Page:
Media + Awards Digest | August 2021

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Office of the Dean | 19 August 2021

Dear Friends,

Greetings. As the nation and the world take in the searing facts of the latest report from the Intergovernmental Panel on Climate Change, as well as new and ongoing tragedies rooted in the complexities and frailties of human life, we find that the media contributions from MIT's SHASS scholars are, as ever, a source of insight and analysis needed for civic understanding and action. 

A few recent highlights in this month’s media digest include:

On CNN, John Sutter, climate journalist and fellow in the school's Knight Science Journalism Program, makes the case that for the world to contend successfully with the accelerating climate crisis, "The narrative on climate change must shift from one of individual responsibility to one of governmental and corporate accountability."

In The Washington Post, Rachel Tecott, a PhD candidate in the Security Studies Program, asks and helps answer the question: What happened to the Afghan security forces that the U.S. spent nearly two decades training?

In Axios, Nobel Prize-winning economists Esther Duflo and Abhijit Banerjee discuss global vaccine inequality, and warn that the failure of rich countries to share more vaccine supply with poorer ones will exacerbate the rise in global poverty and could also diminish the global will needed for cooperation on climate issues.

In STAT, professor of anthropology Susan Silbey and Ruthanne Huising '08 make the case that protecting the public from lab leaks is best done by giving more attention and respect to existing lab protocols, rather than high-tech anti-terrorism measures. In The Wall Street Journal, Institute Professor Daron Acemoglu, whose research on the economic impacts of AI, requires a precise definition of the term, contributes to a debate on evolving definitions of "Artificial Intelligence."

Finally, for a deep dive on the powers of humor — including the ability to forge resilience, solidarity, and solace — take a look at philosopher Kieran Setiya’s essay in the New Statesman. Despots aren’t defeated by laughter, he tells us, but the fundamental message of both the comedian and the social critic — "It doesn’t have to be this way" — disturbs prevailing, systemic conditions. 

With warm best wishes for healthy summer days—and for the return to campus!
MIT SHASS Communications




Detail; A U.S. Air Force C-17 Globemaster III safely transported approximately 640 Afghan citizens from Hamid Karzai International Airport, 15 August 2021. Public domain photo courtesy of the U.S. Air Force. Full image.

What happened to the Afghan security forces? | Rachel Tecott, PhD candidate
In her analysis, Tecott, a PhD candidate in our MIT Political Science/Security Studies Program, writes that "leaders facing societal upheaval, insurgency and civil war often prioritize preventing coups, consolidating political power, personal enrichment or personal survival above the strength of their nation’s military."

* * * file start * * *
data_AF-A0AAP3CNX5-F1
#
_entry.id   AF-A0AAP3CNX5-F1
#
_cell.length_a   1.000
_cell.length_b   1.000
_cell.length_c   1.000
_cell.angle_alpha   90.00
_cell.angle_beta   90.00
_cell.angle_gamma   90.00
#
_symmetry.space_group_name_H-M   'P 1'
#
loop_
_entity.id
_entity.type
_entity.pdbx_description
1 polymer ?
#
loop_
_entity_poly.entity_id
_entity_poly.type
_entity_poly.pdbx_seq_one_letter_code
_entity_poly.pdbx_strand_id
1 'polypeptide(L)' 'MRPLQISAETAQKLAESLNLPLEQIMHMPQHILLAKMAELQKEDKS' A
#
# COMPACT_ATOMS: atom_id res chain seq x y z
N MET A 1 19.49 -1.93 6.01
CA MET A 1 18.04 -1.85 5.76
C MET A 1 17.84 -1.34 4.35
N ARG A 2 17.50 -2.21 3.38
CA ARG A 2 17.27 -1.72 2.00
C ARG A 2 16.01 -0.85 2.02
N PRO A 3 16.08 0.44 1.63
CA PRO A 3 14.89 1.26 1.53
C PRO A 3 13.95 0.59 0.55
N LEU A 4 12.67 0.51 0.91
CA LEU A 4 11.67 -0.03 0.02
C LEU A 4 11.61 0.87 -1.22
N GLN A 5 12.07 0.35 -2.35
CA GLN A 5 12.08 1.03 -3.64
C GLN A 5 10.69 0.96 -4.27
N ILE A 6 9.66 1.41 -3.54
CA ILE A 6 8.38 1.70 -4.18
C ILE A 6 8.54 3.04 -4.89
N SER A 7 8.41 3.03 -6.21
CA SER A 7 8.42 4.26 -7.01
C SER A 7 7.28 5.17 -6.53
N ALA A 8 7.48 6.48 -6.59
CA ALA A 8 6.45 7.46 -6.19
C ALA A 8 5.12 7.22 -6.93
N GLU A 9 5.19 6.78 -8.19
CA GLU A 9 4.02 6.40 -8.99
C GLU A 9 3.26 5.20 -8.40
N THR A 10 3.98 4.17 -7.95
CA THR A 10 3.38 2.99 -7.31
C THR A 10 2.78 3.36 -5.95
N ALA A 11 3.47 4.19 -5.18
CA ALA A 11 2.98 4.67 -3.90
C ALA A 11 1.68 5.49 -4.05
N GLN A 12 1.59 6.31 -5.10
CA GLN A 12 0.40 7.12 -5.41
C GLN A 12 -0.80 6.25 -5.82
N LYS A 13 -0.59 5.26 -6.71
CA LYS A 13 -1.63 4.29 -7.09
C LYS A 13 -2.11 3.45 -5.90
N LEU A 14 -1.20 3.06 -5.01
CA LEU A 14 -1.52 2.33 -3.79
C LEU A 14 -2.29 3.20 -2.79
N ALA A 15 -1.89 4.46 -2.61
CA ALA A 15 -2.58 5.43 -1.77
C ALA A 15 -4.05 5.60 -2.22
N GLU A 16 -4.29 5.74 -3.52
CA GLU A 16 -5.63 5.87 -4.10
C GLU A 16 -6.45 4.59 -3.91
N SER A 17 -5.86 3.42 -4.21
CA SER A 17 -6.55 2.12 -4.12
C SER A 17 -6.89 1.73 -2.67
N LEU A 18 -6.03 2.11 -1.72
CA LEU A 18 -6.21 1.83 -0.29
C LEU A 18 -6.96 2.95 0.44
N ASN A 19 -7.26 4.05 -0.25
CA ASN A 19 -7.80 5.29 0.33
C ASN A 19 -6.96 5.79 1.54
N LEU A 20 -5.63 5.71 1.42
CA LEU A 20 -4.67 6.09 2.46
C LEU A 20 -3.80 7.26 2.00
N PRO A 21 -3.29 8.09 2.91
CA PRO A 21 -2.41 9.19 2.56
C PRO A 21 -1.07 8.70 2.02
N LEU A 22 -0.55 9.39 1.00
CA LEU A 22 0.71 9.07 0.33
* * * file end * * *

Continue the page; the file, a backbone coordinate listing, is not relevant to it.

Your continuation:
Commentary at The Washington Post | Tecott Website | Tecott on Twitter
Related: Kori Schake in The Atlantic

Commercial satellites revealed China’s missile program | Erik Lin-Greenberg
Political scientist Lin-Greenberg writes that "As commercial imagery satellites proliferate in orbit, policymakers around the world will increasingly need to grapple with the ways the technology can reveal national security secrets. Although decision-makers can leverage these technologies for their own purposes, they may continue to find themselves pushed toward more confrontational policies if commercial imagery mobilizes public opinion."
Commentary at The Washington Post

North Korea threatens to boost nuclear program | Vipin Narang
In a recent statement, North Korea's Kim Yo Jong accused South Korea of “perfidious behavior,” and said “We will put more spur to further increasing the deterrent of absolute capacity.” Narang, an expert on nuclear strategy, South Asia, and international security, said he interpreted the phrase "deterrent of absolute capacity" to refer to North Korea's "overall nuclear deterrent and posture."
Story at the Washington Post



Tuvalu; photo by Mario Tama/Getty Images

What does it mean for a nation to become uninhabitable? | Devi Lockwood '19
Lockwood, an alumna of MIT's Graduate Program in Science Writing, traveled the globe for five years, talking to people about the changes they were seeing in their local waters, lands, and climates. Her forthcoming book, 1,001 Voices on Climate Change, from which this NYTs commentary is adapted, tells the stories. 
Commentary at The New York Times | 1001 Stories website | Story: Beside Still Waters

Stop blaming yourself for the climate crisis | John D. Sutter, KSJ Fellow
Sutter, a climate journalist and fellow in the Knight Science Journalism Program at MIT writes, "The narrative must shift from one of individual responsibility — if I turn off this lightbulb, I'm saving the planet — to one of governmental and corporate accountability. In the United States, this means the voting public must force Congress to enact sweeping climate legislation."
Opinion at CNN | John Sutter website | Baseline film project

Turning climate anxiety into creativity and resilience
It's normal to feel anxious and overwhelmed by climate change, says psychologist and climate activist Renée Lertzman. Can we turn those feelings into something productive? In this TED Talk, Lertzman shares three key psychological insights that help develop creativity, clear thinking, and resilience for engaging with the climate crisis.
Lertzman Ted Talk | Related: MIT Podcast with Lertzman


L to R: Charles Vest and Frederick Banting, 1924; University of Toronto Library.

One hundred years of insulin for some | Amy Moran-Thomas
Anthropologist AnMoran-Thomas writes that "In July 1921, researchers in Canada isolated the hormone insulin. This discovery profoundly changed the lives of people with diabetes. But insulin remains unaffordable and inaccessible in many parts of the world."